Rise’s success came as no surprise to me, as I’ve done similar experiments with small group PvP and I know just how effective cheap tech 1 cruisers can be. I recently showed how free users could be nearly as effective as well-trained subscribers in the same ships, and yet the myth that they will be simply cannon fodder for the elite pervades the comments sections in articles throughout the web. Developers have said that they intend for free play to be a viable long-term play style, and it should be possible to extend the system in the future. We may even some day get specific challenge clone states for those who want bragging rights or hardcore clones with permadeath.
In this edition of EVE Evolved, I debunk the myth the alpha clone system is an endless trial, examine the potential impact of alphas on both EVE community culture and CCP’s financials, and look at a few ways the clone state system could be expanded on.
When CCP first announced Alpha Clones as a free to play option, people immediately started comparing it to the endless level 20 trial in World of Warcraft and similar schemes in other MMOs. These schemes are designed to give you a small taste of a game in the hope that you’ll sign up to a subscription, and they’re typically highly restrictive in order to prevent abuse. Trial users in most MMOs can’t send messages to other users, have restricted or no access to player markets and auction houses, and can only participate in a small sub-section of the game’s content. They’re just trials you can play through at your own pace, but if you want to participate in the “real” game you’ll need to subscribe.
In every way that matters, EVE‘s upcoming alpha clone option is not an endless trial. There are no restrictions on how you communicate with players or engage in the community, and you can access the same market as subscribers with no limit on how much ISK or assets you can have. You can participate in endgame gameplay such as territorial warfare, and can even have success in solo PvP if you know what you’re doing or can learn the ropes from existing players. Though you’re restricted to tech 1 cruiser sized ships and below, this isn’t the same as being limited to a low level in other MMOs and you’re not going to just be wiped out in one hit by a subscriber with a bigger toy. Most importantly, EVE players will be able to switch back and forth between a subscription or free to play state and continue using the exact same characters.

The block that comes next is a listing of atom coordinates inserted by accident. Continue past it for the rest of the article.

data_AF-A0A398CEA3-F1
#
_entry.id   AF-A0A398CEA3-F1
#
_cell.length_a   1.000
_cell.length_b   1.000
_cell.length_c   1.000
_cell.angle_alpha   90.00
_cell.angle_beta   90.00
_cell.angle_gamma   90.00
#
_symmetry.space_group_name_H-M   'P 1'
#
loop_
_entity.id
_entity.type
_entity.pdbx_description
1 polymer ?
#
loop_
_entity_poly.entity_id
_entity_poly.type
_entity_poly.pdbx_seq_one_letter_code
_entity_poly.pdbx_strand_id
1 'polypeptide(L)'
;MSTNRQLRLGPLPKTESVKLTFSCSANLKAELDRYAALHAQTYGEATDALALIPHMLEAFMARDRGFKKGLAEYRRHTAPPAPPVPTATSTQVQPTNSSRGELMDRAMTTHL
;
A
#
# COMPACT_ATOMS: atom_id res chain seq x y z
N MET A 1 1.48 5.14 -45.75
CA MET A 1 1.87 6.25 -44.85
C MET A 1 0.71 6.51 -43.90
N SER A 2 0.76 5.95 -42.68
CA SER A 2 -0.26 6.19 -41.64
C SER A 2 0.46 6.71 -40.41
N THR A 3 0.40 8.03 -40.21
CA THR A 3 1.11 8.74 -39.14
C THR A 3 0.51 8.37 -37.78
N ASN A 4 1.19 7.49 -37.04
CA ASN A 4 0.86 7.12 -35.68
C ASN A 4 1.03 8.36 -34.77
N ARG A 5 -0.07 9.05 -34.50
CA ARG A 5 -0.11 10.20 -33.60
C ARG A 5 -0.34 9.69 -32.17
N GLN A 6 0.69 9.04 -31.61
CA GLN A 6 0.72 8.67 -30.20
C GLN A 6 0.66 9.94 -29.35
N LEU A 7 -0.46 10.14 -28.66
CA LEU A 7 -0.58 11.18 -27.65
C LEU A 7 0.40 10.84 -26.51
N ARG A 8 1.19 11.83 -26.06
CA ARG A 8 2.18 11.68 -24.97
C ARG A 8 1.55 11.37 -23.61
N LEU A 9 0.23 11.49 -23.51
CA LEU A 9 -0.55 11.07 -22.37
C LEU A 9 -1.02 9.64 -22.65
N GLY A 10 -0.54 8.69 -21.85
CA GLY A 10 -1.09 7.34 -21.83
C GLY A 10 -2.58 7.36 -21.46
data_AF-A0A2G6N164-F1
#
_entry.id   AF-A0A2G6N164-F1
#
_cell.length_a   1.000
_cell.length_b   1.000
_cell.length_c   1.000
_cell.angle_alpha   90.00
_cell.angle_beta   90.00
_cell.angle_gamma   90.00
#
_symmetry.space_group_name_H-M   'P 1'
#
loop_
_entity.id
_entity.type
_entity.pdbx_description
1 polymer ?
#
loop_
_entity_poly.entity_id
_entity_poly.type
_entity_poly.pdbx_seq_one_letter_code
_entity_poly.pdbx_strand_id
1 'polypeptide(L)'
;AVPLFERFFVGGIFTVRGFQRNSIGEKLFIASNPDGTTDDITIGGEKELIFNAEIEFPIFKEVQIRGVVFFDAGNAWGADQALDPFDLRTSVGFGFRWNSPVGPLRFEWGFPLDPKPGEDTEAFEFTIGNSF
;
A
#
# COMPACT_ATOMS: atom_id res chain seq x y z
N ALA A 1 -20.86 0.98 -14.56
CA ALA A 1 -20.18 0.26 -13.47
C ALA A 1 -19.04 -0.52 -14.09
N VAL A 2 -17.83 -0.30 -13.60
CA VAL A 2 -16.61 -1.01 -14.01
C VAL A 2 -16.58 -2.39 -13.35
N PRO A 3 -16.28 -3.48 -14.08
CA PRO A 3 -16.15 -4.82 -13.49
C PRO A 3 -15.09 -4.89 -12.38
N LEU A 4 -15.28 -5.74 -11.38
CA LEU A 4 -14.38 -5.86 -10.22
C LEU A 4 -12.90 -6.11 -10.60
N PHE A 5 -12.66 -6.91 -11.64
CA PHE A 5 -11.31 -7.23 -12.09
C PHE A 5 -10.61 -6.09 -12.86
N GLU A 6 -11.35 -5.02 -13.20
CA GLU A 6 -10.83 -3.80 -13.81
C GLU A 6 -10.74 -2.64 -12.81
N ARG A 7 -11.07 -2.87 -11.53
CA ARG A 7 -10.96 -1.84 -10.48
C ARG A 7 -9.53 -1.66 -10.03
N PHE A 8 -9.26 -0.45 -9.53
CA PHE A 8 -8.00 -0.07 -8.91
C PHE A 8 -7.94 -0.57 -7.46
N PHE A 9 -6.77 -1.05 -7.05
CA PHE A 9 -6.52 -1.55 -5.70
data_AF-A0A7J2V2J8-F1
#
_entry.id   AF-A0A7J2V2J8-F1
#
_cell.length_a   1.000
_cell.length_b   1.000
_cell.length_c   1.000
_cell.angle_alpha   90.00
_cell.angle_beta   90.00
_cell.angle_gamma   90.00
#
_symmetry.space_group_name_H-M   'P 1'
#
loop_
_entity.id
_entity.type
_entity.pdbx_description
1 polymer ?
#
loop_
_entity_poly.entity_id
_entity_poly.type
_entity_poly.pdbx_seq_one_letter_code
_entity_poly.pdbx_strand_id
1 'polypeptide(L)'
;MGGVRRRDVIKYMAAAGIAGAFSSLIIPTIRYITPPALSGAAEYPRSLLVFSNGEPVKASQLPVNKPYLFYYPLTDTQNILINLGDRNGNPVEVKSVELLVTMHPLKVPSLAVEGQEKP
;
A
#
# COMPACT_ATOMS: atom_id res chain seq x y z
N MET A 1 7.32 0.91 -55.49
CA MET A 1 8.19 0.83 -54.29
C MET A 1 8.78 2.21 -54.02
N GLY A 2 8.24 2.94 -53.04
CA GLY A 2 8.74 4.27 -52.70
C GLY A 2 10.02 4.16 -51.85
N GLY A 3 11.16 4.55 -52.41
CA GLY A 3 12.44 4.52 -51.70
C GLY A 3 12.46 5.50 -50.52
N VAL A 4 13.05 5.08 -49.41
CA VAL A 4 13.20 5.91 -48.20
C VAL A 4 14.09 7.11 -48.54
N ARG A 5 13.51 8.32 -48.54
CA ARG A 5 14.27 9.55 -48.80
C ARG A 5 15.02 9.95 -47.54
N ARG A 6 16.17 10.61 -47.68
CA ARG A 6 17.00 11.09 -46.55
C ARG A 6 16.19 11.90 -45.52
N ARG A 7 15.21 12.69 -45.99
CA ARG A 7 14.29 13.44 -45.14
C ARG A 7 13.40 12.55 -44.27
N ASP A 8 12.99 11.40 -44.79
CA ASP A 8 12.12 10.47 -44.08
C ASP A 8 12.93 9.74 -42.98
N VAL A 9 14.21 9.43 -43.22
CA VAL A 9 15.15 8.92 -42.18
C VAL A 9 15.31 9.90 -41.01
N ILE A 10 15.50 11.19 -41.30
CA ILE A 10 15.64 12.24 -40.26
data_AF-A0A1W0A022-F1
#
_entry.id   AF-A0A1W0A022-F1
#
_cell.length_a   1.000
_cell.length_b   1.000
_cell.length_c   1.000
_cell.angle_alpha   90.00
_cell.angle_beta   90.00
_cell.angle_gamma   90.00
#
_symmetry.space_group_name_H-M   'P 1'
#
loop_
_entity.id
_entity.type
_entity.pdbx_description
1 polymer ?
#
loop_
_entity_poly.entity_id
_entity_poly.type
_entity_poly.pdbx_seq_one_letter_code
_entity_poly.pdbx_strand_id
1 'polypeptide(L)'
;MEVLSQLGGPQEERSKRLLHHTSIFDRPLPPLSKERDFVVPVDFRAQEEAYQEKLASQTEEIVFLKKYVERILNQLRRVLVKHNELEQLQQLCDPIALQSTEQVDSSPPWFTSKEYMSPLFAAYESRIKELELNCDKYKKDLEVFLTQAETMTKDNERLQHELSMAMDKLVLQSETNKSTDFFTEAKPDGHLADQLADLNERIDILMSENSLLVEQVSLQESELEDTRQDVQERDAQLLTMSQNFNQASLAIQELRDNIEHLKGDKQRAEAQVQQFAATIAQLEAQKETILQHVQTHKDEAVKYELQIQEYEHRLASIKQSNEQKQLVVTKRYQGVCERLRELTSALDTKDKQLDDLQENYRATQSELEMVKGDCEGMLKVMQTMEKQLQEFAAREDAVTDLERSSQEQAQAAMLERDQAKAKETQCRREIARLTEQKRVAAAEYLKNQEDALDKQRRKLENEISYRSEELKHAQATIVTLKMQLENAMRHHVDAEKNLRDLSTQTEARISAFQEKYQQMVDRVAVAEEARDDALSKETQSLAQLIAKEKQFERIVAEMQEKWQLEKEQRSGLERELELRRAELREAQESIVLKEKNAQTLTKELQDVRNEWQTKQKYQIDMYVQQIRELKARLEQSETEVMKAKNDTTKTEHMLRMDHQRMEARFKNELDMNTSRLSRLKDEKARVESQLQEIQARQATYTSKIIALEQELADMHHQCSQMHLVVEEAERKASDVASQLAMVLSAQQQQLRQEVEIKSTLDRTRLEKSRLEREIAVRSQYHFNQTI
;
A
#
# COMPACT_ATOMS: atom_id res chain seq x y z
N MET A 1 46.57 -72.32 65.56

If there’s one message CCP was trying to get across clearly this weekend about alpha clones, it’s that they’re intended to be a viable long-term play style rather than just a stepping stone to a subscription. A portion of the playerbase is expected to be composed of active free players who might not buy anything at all but who contribute to EVE‘s value by making the game more populated and interesting. The content in EVE is the players, and the servers certainly have more than enough capacity to handle a flood of free players after the latest round of upgrades.
The economic argument for a free tier in EVE is a little more complicated, but actually really interesting. There’s been a definite downward global trend in MMO subscriptions over the past few years, and even giants like World of Warcraft have felt the squeeze of premium free to play games taking over the market. There’s a substantial portion of the online gaming community now that flits between dozens of free-to-play and buy-to-play games based on their moods or available gaming time, and for these players a subscription would be a distasteful commitment and a pressure to get their money’s worth each month.